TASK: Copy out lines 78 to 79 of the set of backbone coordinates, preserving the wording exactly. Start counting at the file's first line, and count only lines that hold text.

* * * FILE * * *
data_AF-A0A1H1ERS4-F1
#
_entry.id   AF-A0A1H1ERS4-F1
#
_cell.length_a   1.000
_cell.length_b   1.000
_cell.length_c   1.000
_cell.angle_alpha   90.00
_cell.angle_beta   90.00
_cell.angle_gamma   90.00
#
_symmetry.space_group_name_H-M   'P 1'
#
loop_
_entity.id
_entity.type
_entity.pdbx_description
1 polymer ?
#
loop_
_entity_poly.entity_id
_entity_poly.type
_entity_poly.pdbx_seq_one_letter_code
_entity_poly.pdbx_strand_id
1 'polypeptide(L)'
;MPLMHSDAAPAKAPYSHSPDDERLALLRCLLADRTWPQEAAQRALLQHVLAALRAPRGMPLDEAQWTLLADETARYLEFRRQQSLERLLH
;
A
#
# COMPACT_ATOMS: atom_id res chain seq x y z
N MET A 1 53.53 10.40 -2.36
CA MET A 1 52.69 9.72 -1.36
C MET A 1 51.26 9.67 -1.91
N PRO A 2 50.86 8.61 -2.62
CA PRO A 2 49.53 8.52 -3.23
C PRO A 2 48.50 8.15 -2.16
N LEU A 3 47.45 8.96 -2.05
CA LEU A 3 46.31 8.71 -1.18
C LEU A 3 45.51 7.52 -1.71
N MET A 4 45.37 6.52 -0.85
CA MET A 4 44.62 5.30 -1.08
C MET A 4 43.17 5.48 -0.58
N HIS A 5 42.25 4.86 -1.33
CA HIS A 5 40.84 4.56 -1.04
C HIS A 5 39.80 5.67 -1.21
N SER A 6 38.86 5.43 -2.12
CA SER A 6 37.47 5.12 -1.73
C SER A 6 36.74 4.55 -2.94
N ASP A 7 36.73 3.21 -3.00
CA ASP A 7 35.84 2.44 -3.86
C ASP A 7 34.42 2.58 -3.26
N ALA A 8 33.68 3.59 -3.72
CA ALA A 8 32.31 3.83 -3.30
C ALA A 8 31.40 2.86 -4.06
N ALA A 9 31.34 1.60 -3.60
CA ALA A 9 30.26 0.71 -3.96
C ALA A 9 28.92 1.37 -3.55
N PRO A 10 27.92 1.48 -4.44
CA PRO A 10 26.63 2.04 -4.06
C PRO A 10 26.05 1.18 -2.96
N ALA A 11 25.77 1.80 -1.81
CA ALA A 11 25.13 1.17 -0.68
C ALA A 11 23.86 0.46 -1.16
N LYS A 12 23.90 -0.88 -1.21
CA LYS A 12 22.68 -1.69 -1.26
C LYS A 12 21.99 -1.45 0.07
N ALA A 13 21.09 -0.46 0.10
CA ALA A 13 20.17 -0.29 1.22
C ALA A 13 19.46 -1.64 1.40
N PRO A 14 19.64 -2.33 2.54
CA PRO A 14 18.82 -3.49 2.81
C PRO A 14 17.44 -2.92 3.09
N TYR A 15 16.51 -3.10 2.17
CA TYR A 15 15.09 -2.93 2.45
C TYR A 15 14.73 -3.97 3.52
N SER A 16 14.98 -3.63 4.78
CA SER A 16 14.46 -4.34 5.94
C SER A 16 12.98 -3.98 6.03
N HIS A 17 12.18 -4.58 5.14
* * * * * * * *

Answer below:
C SER A 16 12.98 -3.98 6.03
N HIS A 17 12.18 -4.58 5.14